Video Shows 2,000-Year-Old Arch ISIS Destroyed in Palmyra, Syria

PHOTO: An aerial file photo taken in January 2009 shows part of Palmyra in Syria.PlayChristophe Charon/Sipa USA/AP Photo
WATCH Video Shows 2,000-Year-Old Ancient Arch Destroyed in Palmyra

New video obtained by The Associated Press shows the main part of a 2,000-year-old arch in Palmyra, Syria, completely destroyed.

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The Arch of Triumph, one of Palmyra’s most recognizable sites, had reportedly been blown up by ISIS militants.

Video taken from a moving car window confirms the historic Syrian landmark is missing most of the arch, with one column still standing.

The video also confirms reports from the Syrian Observatory for Human Rights that parts of the site remained intact.

PHOTO: An undated photo released Aug. 25, 2015 on a social media site used by Islamic State militants purports to show smoke from the detonation of the 2,000-year-old temple of Baalshamin in Syrias ancient caravan city of Palmyra.ISIS via AP
An undated photo released Aug. 25, 2015 on a social media site used by Islamic State militants purports to show smoke from the detonation of the 2,000-year-old temple of Baalshamin in Syria's ancient caravan city of Palmyra.

Professor Maamoun Abduilkarim, the country’s director of antiquities, earlier this week described the destruction to ABC News as “shameful,” noting that unlike the two temples that were destroyed earlier this year, the arch has no religious significance.

The arch was known to locals as the “Bridge of the Desert” because it linked the Roman Empire to Persia and the East. It sat on top of columns lining the ancient city streets.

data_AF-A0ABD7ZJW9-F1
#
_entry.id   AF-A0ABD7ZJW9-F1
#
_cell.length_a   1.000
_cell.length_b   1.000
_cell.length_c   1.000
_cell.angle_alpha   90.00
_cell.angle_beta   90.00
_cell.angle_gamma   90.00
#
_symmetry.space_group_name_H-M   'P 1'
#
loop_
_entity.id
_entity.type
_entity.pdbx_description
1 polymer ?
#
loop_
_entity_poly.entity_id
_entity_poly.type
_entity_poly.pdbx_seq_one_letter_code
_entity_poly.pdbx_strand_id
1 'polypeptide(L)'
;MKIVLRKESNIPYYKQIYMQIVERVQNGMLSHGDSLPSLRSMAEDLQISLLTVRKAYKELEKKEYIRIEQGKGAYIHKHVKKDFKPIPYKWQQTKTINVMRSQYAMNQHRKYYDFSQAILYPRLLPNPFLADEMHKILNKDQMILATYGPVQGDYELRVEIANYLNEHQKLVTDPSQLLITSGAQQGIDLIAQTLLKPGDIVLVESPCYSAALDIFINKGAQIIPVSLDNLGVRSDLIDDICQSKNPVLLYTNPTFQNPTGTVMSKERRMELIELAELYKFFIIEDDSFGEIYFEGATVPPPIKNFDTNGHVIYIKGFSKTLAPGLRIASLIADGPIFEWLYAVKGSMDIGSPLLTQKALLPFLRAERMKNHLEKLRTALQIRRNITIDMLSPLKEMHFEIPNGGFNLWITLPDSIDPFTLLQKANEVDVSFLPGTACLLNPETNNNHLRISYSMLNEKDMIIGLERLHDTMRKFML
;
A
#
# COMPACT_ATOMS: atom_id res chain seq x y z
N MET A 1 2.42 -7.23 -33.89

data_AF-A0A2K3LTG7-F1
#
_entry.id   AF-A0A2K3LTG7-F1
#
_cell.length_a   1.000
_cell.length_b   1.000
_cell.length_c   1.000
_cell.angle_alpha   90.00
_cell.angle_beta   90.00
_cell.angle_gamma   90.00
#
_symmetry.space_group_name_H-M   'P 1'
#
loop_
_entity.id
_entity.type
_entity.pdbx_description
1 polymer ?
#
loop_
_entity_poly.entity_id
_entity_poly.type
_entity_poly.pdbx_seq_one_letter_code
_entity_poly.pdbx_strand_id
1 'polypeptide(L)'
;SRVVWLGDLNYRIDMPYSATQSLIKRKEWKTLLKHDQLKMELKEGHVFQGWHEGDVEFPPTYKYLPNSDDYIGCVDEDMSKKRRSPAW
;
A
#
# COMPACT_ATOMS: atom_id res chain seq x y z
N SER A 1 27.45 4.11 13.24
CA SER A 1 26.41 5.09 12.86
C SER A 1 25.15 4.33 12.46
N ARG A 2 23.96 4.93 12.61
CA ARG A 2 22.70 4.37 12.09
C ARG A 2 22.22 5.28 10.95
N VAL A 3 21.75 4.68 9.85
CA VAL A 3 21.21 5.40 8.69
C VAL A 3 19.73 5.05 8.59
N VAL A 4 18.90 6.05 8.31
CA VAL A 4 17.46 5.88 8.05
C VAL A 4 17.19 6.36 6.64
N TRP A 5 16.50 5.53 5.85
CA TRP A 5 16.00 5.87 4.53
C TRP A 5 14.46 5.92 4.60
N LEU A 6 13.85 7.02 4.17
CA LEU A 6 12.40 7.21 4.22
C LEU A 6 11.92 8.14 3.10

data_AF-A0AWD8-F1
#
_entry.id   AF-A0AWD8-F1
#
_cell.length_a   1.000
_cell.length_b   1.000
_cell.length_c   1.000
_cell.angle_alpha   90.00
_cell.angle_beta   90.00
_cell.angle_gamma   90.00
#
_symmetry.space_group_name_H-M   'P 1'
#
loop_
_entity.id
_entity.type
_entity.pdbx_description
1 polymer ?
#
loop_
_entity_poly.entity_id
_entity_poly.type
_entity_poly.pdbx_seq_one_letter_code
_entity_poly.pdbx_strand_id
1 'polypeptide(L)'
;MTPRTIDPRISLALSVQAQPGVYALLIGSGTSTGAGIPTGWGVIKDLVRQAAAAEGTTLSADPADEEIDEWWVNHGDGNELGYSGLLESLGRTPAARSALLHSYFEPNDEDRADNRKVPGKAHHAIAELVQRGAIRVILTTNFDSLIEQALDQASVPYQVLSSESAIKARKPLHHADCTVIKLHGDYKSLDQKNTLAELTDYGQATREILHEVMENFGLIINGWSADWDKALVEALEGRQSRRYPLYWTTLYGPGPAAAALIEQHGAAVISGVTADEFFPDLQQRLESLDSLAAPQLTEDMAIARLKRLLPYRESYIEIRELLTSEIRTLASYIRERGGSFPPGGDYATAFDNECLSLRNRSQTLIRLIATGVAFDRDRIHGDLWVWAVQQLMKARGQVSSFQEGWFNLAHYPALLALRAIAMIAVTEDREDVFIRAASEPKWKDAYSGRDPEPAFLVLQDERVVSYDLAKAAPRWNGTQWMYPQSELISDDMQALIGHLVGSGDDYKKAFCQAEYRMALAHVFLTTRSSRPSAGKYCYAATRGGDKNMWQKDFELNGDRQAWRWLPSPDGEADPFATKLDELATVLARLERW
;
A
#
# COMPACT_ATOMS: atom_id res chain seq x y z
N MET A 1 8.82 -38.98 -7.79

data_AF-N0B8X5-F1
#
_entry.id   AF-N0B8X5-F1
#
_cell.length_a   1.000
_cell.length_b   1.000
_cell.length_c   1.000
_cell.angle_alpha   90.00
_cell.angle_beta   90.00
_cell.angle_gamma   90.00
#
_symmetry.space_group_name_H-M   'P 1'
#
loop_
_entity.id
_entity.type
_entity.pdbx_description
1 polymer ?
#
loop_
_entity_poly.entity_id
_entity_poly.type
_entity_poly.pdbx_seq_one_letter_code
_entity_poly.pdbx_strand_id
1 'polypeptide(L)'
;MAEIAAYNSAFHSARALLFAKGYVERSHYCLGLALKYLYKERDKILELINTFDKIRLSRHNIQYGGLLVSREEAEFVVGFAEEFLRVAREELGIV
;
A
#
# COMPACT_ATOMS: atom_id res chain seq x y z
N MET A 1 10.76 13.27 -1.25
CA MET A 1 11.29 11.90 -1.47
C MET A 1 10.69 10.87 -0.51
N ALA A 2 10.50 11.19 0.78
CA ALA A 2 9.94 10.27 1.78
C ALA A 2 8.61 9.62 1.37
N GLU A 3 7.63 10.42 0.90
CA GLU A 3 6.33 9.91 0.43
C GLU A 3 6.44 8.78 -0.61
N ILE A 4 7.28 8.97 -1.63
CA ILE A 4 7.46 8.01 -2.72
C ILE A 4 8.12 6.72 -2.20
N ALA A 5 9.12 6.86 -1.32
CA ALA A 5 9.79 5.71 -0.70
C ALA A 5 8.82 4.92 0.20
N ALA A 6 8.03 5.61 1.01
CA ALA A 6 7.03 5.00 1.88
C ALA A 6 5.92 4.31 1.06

At the time, Professor Abduilkarim said he had not seen photos or videos of the devastation, but learned reports from eyewitnesses.

“They’re destroying building by building,” he said. “Within three to six months, at this pace, we’re going to lose Palmyra.”

He also told ABC News there had been witness accounts of militants digging holes with bulldozers to place explosives around the arch, as well as other sites that he expects will be destroyed.

PHOTO: An undated photo released Aug. 25, 2015 on a social media site used by Islamic State militants purports to show militants laying explosives in the 2,000-year-old temple of Baalshamin in Syrias ancient caravan city of Palmyra.ISIS via AP
An undated photo released Aug. 25, 2015 on a social media site used by Islamic State militants purports to show militants laying explosives in the 2,000-year-old temple of Baalshamin in Syria's ancient caravan city of Palmyra.

ISIS seized the city in May and has since destroyed many of the historic ruins, including the Temple of Baalshamin in August. The extremist group deems ancient relics a form of idolatry and against their strict interpretation of Islamic law, but the destruction of these sites is also believed to be a valuable source of income for ISIS through the sale of recoverable antiquities it steals.

Palmyra is a UNESCO World Heritage Site and contains “the monumental ruins of a great city that was one of the most important cultural centres of the ancient world,” according to UNESCO. The director general of UNESCO has called the destruction of Palmyra, once a top tourist attraction in the Middle East, a "new war crime and an immense loss for the Syrian people and for humanity."

ABC News’ Alex Marquardt contributed to this report.

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